There’s nothing better than a happy amputee dog doing what they love. And there’s nothing worse than a Tripawd knee injury, which we see in this community all the time. Some of these injuries happen when a dog’s fitness level is not up to par with what their human is allowing them to do.
In keeping with September’s theme of Animal Pain Awareness Month, let’s look at findings from a recent study about four-legged agility dogs. The information can be applied to our amputee heroes who love running, jumping, and doing canine sports.
What Can 4-Legged Agility Dogs Teach Us About Tripawd Safety?
In a 2022 study by the University of Washington’s Agility Dog Health Network, researchers found that agility dogs who don’t have good core strength are more susceptible to a very common dog knee injury, cranial cruciate ligament rupture. It’s the dog version of a human anterior cruciate ligament tear (ACL), and it’s not a good thing, especially for amputee dogs. The study is called “Risk factors for cranial cruciate ligament rupture in dogs participating in canine agility,” and it concludes:
Conclusions: These results are consistent with previous studies demonstrating that body weight and spay/neu‑ ter status are risk factors for CCLR in dogs. This is the first report to demonstrate that risk of CCLR in agility dogs is decreased in dogs that engage in regular core strengthening exercises, compete more frequently, compete at higher levels, and compete in more athletically challenging venues.
Risk factors for cranial cruciate ligament rupture in dogs participating in canine agility, Debra C. Sellon1* and Denis J. Marcellin‑Little2
Trends of Agility Dogs with Knee Injuries
Over 1200 four-legged agility dogs were studied by these orthopedic vets. They looked at 260 dogs who tore their ligament and 1,002 dogs that did not. They found some trends, such as:
- Certain breeds may be more susceptible to cruciate tears. Australian shepherds and Labrador retrievers were more than twice as likely to rupture the ligament. Rottweilers and Australian cattle dogs were more than four times as likely to tear the ligament!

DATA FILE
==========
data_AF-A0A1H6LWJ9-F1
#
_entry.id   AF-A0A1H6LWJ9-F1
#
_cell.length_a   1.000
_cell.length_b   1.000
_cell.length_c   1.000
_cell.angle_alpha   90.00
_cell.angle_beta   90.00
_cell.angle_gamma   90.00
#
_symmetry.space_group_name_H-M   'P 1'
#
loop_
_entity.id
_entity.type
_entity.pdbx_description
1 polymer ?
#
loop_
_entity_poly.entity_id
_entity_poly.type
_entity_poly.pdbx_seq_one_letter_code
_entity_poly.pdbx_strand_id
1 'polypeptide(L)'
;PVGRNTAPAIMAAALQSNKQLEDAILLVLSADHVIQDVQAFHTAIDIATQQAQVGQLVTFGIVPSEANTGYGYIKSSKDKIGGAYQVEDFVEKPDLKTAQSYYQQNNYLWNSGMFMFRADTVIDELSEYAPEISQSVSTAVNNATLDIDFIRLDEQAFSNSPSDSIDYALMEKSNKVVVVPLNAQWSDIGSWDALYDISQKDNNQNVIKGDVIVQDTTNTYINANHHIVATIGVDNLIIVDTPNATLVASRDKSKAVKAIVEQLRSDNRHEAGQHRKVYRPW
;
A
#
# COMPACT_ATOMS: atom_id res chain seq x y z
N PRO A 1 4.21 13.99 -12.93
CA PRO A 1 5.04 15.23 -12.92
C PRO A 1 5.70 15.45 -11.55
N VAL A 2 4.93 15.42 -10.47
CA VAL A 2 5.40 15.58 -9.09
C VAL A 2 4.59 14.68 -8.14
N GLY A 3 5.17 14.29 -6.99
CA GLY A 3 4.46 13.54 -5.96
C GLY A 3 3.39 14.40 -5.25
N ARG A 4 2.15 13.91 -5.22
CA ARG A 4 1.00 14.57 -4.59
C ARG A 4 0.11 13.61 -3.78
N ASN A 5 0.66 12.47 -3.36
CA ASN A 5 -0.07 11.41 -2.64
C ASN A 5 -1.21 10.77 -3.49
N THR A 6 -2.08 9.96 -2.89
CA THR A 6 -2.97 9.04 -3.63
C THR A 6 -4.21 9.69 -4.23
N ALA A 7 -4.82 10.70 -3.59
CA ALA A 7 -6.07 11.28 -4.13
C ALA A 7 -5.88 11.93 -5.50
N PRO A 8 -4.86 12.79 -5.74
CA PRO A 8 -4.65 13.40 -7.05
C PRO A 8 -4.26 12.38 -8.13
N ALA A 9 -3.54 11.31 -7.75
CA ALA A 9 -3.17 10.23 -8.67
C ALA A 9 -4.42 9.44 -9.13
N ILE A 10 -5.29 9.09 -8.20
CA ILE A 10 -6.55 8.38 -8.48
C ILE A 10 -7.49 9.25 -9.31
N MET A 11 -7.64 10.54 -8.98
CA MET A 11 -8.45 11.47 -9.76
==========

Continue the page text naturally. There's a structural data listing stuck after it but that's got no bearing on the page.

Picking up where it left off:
- Some dog breeds have lower odds of cruciate tears. They include Border Collie, Shetland Sheepdog, and Vizsla dogs.
- Dogs with cruciate tears were more likely to participate in high-impact, explosive activities like flyball. They were less likely to engage in conformation, dock jumping, lure coursing or racing, nosework, and barn hunt or earth dog activities.
- And finally, dogs who had knee injuries were also more likely to engage in short hikes or runs on flat or hilly terrain on at least a weekly basis. And, these dogs were less likely to engage in weekly or more frequent exercises related to core strength and balance or go on weekly short or long walks.
Activities like this raise the risk of remaining leg injuries in Tripawd dogs:
Build Core Strength to Avoid a Tripawd Knee Injury
This was a first-of-its-kind study in four-legged agility dogs. With growing numbers of Tripawds participating in risky canine sports like lure coursing, FastCAT and agility, we hope that awesome veterinary researchers will study the impact of these sports for amputee dogs. In the meantime, we can extrapolate from the study that if core strength benefits four-legged friends, it does just the same for three-legged dogs, if not more.
If you’re going to do these high-impact sports with your 3-legged dog, please build core strength as part of your regular fitness activities.
Building core strength is not hard, and it’s fun too! A few simple exercises can bring you closer to your Tripawd hero, and help protect them against a remaining leg injury too.
Learn at home with Dr. Waterhouse!
Here’s how we helped Wyatt Ray stay strong for 12 great years on three legs
Don’t do the following without taking advantage of the Tripawds Rehabilitation Therapy Reimbursement Grant first! Get reimbursed up to $200 for your Tripawd’s first rehab visit!
Wyatt always had fun with the FitPAWS Trax Donut.
And the FitPAWS FITBone was always part of our daily exercise too.
Need Core Strengthening Gear? DIY or Shop Tripawds!